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The Book of the People of the Book:
Seventeenth Century Bibles


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It is not easy to choose among the many notable seventeenth- century editions of the Hebrew Bible, but certainly the 1667 edition of Amsterdam's famed printer, Joseph Athias, is "first among equals." The edition is justly esteemed for the correctness of its text and the distinction of its typography. For over two centuries, its text was the standard, and for almost as long, books printed in a variety of European cities carried the boast, "printed in Amsterdam type." Born into a Marrano family (Jews forced to adopt Christianity in Spain or Portugal-or their descendants-who chose to secretly cling to the ancestral faith and observe as much as possible its commandments) in Cordova in 1635, Athias fled to Hamburg as a youth so he might openly practice his religion. In 1658, now a well-to-do resident of Amsterdam, he became a publisher of books. His press soon grew into one of the leading ones in that great publishing city, printing books in Hebrew, Dutch, and Latin, and some one million English Bibles for England and Scotland. His finest production was a Hebrew Bible, painstakingly edited by the University of Leyden's Professor of Hebrew, Johannes Leusden, and produced with such care and artistry that, upon its publication in 1661, Athias was elected to the Amsterdam printer's guild-an unprecedented honor for a Jew. For its second improved edition which appeared in 1667, the Dutch government presented him with a gold medal and chain. Athias meant this Bible for both Jews and Christians. His own status as a leading member of the Jewish community and a printer of sumptuous Hebrew prayer books assured its acceptance by Jews; Leusden's name, prominently featured on the engraved title page, attracted Christians. In the center of the title page stands the rampant sword-brandishing Netherland lion, and on the top and bottom of the engraving appear the biblical verses:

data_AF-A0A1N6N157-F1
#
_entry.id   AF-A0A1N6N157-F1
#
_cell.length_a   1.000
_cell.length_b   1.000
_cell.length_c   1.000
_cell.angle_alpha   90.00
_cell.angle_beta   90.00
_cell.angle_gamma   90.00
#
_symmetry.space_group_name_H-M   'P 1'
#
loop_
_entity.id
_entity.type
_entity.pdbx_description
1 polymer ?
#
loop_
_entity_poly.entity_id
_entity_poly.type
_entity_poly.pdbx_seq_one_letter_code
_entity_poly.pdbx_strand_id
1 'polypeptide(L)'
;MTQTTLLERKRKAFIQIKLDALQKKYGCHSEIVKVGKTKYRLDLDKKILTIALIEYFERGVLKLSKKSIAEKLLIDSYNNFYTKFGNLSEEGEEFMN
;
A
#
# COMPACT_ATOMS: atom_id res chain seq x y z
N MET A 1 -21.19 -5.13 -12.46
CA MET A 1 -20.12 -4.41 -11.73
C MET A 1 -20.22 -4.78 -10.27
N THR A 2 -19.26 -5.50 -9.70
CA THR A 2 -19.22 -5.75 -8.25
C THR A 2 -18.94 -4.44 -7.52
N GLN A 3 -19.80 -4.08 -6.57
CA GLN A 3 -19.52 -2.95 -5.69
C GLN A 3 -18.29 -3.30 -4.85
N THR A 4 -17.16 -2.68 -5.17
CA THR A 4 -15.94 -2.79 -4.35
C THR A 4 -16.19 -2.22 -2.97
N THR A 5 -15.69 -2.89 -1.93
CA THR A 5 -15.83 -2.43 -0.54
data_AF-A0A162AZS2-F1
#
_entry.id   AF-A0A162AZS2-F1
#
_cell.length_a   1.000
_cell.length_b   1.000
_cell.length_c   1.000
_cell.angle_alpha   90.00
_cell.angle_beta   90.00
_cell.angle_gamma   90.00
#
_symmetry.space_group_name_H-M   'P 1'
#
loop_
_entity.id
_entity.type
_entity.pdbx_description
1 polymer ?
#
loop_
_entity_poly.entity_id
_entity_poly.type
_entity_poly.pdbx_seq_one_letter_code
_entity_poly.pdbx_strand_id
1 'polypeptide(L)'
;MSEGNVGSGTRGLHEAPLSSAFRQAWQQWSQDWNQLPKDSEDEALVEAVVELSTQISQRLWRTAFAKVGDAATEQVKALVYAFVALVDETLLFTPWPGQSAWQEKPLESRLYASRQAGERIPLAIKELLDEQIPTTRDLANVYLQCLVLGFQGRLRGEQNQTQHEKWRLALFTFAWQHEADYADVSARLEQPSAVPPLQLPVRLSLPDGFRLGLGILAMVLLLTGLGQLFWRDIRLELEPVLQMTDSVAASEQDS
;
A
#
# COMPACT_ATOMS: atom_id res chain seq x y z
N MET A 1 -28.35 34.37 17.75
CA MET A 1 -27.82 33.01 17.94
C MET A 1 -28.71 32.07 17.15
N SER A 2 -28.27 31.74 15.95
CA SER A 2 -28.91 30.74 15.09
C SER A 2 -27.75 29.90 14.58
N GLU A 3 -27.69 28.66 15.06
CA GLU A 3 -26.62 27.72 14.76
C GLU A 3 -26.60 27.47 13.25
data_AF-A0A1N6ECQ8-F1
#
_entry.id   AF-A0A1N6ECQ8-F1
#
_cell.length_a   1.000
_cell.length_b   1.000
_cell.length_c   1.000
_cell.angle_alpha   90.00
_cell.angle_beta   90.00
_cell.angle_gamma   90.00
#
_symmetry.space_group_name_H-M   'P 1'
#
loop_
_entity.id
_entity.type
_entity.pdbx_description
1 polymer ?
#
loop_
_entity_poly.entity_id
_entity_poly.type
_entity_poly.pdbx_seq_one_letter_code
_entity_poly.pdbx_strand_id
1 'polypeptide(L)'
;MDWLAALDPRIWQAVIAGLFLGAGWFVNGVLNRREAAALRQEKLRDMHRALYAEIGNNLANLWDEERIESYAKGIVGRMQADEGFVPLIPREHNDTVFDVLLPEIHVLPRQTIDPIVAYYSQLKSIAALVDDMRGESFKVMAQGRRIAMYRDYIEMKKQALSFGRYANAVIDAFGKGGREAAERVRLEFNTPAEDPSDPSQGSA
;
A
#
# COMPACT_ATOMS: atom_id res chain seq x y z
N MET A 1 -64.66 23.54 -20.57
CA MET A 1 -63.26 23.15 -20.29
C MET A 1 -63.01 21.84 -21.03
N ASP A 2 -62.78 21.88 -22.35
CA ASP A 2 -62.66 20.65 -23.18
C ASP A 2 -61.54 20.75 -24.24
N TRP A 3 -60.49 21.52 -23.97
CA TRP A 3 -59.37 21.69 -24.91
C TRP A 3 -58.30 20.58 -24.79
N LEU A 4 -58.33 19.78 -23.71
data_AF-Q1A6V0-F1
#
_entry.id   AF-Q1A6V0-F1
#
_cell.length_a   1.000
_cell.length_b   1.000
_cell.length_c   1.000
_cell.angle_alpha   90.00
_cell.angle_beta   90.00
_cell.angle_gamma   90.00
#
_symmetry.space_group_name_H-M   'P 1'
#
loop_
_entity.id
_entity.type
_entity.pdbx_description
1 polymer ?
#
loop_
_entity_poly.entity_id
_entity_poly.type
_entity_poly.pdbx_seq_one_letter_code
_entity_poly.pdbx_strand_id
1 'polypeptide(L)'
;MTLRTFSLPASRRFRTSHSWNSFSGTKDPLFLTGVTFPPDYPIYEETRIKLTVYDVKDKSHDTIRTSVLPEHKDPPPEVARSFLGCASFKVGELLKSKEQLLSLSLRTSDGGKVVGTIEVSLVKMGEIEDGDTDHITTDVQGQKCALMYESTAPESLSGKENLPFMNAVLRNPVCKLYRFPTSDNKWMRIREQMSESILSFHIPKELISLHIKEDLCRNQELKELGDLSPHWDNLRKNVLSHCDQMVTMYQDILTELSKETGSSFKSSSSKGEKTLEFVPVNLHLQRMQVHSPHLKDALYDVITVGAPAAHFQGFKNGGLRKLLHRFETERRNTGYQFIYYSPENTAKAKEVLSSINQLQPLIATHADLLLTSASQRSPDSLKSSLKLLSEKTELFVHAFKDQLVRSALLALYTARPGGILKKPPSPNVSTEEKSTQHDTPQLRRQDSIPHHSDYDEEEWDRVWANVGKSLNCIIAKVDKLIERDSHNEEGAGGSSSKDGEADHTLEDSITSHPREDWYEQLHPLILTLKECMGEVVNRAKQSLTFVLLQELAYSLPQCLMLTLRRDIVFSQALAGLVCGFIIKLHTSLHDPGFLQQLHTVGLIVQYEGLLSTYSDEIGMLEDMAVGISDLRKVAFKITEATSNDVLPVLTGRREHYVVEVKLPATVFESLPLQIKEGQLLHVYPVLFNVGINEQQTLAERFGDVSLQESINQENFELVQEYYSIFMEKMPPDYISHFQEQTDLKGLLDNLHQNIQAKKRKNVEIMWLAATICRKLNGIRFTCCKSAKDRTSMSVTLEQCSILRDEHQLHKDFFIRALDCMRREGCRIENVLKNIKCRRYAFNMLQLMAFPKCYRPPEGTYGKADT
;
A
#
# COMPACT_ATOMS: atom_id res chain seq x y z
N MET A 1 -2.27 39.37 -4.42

And this is the law which Moses set before the children of Israel. (Deut. IV:44) Moses commanded us a law, an inheritance of the congregation of Jacob. (Deut. XXXIII: 4)

And the Lord said unto Moses: "Come up to Me unto the mount, and be there; and I will give thee the tables of stone, and the law and commandment, which I have written, that thou mayest teach them." (Exodus XXIV: 12)

At the top, in bold black Hebrew letters inscribed on a field of effulgent light, is the name of God.

The engraved title page of one of the most important editions of the Hebrew Bible, for which the publisher, Joseph Athias of Amsterdam, received a gold medal and chain from the Dutch government (Hebraic Section, Library of Congress Photo).

Sources: Abraham J. Karp, From the Ends of the Earth: Judaic Treasures of the Library of Congress, (DC: Library of Congress, 1991).

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